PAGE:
Sharon Cohen for AP News, August 8, 2011:
There are girls with ribbons in their hair, boys in short pants or wool jackets (one even wears a discarded Hitler Youth uniform). There are teens and toddlers. There are kids who look happy, sad, scared, tense and relieved _ greatly relieved.
There are few hints in the photos, aside from some weary eyes or bony arms, of the hardships they endured to get to this moment: hiding in strangers’ homes, stealing scraps of bread to survive, gasping for air in cramped cattle cars.
These are children who’d come through the fire, survivors of the Holocaust photographed by social service agencies across Europe soon after World War II. There are more than 1,100 pictures, long stashed away and forgotten in the mists of history.
More than 65 years later, the U.S. Holocaust Memorial Museum is reaching out around the world to find the people in these extraordinary photos. It has posted the pictures online and spread the word that the search is on.
The plan is to preserve their stories, fill in some gaps of history _ and then have them step before the camera once again.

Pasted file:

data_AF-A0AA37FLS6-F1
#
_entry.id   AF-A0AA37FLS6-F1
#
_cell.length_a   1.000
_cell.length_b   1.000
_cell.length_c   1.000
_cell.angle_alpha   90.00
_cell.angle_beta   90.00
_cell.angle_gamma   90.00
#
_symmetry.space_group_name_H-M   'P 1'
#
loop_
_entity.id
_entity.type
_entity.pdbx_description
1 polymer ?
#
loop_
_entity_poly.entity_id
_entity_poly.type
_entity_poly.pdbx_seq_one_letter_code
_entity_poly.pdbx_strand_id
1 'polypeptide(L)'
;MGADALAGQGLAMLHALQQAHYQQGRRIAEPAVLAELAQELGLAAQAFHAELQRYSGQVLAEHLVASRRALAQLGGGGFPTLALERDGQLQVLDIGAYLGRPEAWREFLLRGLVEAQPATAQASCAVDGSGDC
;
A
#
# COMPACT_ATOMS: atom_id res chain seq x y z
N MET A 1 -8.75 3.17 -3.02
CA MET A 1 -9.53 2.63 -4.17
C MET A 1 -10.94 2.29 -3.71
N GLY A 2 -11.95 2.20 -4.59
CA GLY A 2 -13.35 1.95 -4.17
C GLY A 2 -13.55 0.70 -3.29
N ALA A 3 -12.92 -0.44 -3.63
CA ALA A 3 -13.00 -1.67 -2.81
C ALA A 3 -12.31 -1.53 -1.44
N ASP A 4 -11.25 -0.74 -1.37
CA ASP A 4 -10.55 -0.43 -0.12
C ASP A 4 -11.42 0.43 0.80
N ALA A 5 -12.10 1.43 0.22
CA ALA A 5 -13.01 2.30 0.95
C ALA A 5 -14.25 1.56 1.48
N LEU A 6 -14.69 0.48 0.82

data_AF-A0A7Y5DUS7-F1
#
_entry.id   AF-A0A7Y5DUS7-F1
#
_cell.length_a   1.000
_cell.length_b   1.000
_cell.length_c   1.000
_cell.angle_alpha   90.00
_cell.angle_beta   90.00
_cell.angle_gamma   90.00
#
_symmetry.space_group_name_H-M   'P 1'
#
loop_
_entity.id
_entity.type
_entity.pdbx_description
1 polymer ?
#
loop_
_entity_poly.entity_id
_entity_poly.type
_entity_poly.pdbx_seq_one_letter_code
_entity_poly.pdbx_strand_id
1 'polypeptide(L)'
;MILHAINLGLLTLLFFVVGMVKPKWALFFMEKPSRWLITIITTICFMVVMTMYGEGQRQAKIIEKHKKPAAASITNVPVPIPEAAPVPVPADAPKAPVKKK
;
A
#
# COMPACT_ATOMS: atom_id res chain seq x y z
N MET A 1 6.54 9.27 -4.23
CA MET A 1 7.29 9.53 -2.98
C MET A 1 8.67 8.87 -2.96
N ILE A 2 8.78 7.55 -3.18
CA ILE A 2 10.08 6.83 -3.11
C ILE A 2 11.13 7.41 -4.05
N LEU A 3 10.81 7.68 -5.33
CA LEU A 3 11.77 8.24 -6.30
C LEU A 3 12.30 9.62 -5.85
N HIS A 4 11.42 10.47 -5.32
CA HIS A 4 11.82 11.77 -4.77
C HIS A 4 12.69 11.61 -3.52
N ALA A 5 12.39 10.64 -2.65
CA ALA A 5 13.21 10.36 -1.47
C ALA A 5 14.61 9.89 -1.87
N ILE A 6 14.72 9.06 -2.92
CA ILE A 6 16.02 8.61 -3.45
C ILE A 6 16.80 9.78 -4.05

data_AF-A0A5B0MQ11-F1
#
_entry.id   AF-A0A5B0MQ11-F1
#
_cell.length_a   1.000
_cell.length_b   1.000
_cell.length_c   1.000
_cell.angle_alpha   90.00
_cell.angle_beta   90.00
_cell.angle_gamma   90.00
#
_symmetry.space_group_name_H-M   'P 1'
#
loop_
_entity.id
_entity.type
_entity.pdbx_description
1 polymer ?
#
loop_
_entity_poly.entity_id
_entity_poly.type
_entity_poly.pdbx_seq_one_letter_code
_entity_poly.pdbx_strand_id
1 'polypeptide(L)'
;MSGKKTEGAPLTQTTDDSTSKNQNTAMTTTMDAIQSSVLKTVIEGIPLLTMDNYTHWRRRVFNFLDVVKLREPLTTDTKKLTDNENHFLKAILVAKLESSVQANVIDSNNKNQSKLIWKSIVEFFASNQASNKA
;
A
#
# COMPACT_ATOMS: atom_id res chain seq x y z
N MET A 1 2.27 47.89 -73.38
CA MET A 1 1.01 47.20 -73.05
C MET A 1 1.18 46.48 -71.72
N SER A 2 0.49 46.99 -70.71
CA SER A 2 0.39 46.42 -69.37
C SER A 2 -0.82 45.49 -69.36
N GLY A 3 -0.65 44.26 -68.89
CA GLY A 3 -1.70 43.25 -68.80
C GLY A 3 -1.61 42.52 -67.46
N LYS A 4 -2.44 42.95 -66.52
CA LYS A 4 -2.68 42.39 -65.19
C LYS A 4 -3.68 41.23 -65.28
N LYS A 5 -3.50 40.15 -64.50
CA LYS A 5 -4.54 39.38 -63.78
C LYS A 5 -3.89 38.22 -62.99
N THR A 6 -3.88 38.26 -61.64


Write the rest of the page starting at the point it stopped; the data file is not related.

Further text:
Theodore Meicler recognized his 8-year-old self immediately: the thatch of dark brown hair, the unsmiling eyes, the distant look that concealed his sorrow. He had never seen the post-war photo _ but one glance resurrected the pain.
“It brought me back to a time where I didn’t know what was happening to me. I didn’t know where I was going or who was going to feed me tomorrow,” he says. “It definitely made me very sad for the loss … and very angry for the damage that was done to me.”
Meicler was just 4 years old when his father was arrested. He still remembers the coats the Gestapo agents wore when they took his dad away, and the dark bread his mother packed for him before saying goodbye.
For half the war, the young Theo hid in his native Belgium, shuttling from place to place: A farm. A mansion. A Jesuit school. The home of a family friend.